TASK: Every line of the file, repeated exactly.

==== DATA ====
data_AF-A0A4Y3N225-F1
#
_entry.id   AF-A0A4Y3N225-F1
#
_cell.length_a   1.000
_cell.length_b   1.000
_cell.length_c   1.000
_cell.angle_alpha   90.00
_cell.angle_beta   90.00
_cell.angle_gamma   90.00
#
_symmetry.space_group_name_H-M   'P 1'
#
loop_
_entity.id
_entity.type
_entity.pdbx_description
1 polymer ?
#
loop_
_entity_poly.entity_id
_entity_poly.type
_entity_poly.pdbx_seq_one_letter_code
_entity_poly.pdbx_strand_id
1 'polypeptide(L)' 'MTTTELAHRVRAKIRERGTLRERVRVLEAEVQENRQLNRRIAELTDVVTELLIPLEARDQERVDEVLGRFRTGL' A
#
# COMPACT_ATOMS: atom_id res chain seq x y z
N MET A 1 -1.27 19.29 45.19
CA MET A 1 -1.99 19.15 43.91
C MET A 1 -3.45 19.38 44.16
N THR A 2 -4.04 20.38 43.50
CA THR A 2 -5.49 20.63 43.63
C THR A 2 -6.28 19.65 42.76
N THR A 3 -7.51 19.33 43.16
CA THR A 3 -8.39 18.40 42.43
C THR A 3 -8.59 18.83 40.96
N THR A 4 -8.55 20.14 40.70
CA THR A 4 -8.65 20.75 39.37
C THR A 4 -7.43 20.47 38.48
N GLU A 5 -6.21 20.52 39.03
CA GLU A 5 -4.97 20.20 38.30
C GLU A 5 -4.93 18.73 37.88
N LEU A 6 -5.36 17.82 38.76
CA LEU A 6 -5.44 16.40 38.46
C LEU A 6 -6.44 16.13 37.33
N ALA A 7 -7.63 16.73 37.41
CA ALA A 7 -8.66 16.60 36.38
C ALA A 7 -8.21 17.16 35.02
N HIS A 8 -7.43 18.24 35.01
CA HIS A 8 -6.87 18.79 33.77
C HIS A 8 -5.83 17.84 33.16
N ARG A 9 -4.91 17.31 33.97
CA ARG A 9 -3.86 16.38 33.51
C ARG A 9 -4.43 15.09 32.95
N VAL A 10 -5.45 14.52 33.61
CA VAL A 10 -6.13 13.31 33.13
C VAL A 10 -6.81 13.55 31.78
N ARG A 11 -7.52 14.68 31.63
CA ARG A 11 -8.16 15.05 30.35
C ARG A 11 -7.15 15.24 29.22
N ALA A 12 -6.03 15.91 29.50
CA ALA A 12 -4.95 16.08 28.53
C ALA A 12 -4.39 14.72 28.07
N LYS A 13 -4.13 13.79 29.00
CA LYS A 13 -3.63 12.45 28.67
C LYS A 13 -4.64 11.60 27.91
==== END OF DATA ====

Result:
data_AF-A0A4Y3N225-F1
#
_entry.id   AF-A0A4Y3N225-F1
#
_cell.length_a   1.000
_cell.length_b   1.000
_cell.length_c   1.000
_cell.angle_alpha   90.00
_cell.angle_beta   90.00
_cell.angle_gamma   90.00
#
_symmetry.space_group_name_H-M   'P 1'
#
loop_
_entity.id
_entity.type
_entity.pdbx_description
1 polymer ?
#
loop_
_entity_poly.entity_id
_entity_poly.type
_entity_poly.pdbx_seq_one_letter_code
_entity_poly.pdbx_strand_id
1 'polypeptide(L)' 'MTTTELAHRVRAKIRERGTLRERVRVLEAEVQENRQLNRRIAELTDVVTELLIPLEARDQERVDEVLGRFRTGL' A
#
# COMPACT_ATOMS: atom_id res chain seq x y z
N MET A 1 -1.27 19.29 45.19
CA MET A 1 -1.99 19.15 43.91
C MET A 1 -3.45 19.38 44.16
N THR A 2 -4.04 20.38 43.50
CA THR A 2 -5.49 20.63 43.63
C THR A 2 -6.28 19.65 42.76
N THR A 3 -7.51 19.33 43.16
CA THR A 3 -8.39 18.40 42.43
C THR A 3 -8.59 18.83 40.96
N THR A 4 -8.55 20.14 40.70
CA THR A 4 -8.65 20.75 39.37
C THR A 4 -7.43 20.47 38.48
N GLU A 5 -6.21 20.52 39.03
CA GLU A 5 -4.97 20.20 38.30
C GLU A 5 -4.93 18.73 37.88
N LEU A 6 -5.36 17.82 38.76
CA LEU A 6 -5.44 16.40 38.46
C LEU A 6 -6.44 16.13 37.33
N ALA A 7 -7.63 16.73 37.41
CA ALA A 7 -8.66 16.60 36.38
C ALA A 7 -8.21 17.16 35.02
N HIS A 8 -7.43 18.24 35.01
CA HIS A 8 -6.87 18.79 33.77
C HIS A 8 -5.83 17.84 33.16
N ARG A 9 -4.91 17.31 33.97
CA ARG A 9 -3.86 16.38 33.51
C ARG A 9 -4.43 15.09 32.95
N VAL A 10 -5.45 14.52 33.61
CA VAL A 10 -6.13 13.31 33.13
C VAL A 10 -6.81 13.55 31.78
N ARG A 11 -7.52 14.68 31.63
CA ARG A 11 -8.16 15.05 30.35
C ARG A 11 -7.15 15.24 29.22
N ALA A 12 -6.03 15.91 29.50
CA ALA A 12 -4.95 16.08 28.53
C ALA A 12 -4.39 14.72 28.07
N LYS A 13 -4.13 13.79 29.00
CA LYS A 13 -3.63 12.45 28.67
C LYS A 13 -4.64 11.60 27.91